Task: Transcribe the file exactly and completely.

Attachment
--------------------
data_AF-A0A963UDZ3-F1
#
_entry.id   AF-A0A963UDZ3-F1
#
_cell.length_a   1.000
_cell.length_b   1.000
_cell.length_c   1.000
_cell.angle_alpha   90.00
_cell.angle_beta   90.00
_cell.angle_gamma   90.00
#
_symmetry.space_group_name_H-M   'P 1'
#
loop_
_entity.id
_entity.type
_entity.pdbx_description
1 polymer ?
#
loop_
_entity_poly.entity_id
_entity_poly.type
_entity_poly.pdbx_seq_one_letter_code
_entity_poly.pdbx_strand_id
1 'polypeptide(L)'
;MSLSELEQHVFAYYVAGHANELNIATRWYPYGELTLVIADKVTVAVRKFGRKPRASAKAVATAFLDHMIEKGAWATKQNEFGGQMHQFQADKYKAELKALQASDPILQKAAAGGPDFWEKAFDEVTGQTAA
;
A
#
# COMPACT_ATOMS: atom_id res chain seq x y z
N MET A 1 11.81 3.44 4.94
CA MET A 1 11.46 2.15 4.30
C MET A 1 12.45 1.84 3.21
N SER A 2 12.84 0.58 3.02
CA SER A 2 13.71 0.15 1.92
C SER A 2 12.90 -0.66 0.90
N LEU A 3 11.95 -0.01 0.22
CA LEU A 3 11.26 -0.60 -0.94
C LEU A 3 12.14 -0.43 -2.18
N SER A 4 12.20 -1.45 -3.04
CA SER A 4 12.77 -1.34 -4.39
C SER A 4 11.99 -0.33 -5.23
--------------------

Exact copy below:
data_AF-A0A963UDZ3-F1
#
_entry.id   AF-A0A963UDZ3-F1
#
_cell.length_a   1.000
_cell.length_b   1.000
_cell.length_c   1.000
_cell.angle_alpha   90.00
_cell.angle_beta   90.00
_cell.angle_gamma   90.00
#
_symmetry.space_group_name_H-M   'P 1'
#
loop_
_entity.id
_entity.type
_entity.pdbx_description
1 polymer ?
#
loop_
_entity_poly.entity_id
_entity_poly.type
_entity_poly.pdbx_seq_one_letter_code
_entity_poly.pdbx_strand_id
1 'polypeptide(L)'
;MSLSELEQHVFAYYVAGHANELNIATRWYPYGELTLVIADKVTVAVRKFGRKPRASAKAVATAFLDHMIEKGAWATKQNEFGGQMHQFQADKYKAELKALQASDPILQKAAAGGPDFWEKAFDEVTGQTAA
;
A
#
# COMPACT_ATOMS: atom_id res chain seq x y z
N MET A 1 11.81 3.44 4.94
CA MET A 1 11.46 2.15 4.30
C MET A 1 12.45 1.84 3.21
N SER A 2 12.84 0.58 3.02
CA SER A 2 13.71 0.15 1.92
C SER A 2 12.90 -0.66 0.90
N LEU A 3 11.95 -0.01 0.22
CA LEU A 3 11.26 -0.60 -0.94
C LEU A 3 12.14 -0.43 -2.18
N SER A 4 12.20 -1.45 -3.04
CA SER A 4 12.77 -1.34 -4.39
C SER A 4 11.99 -0.33 -5.23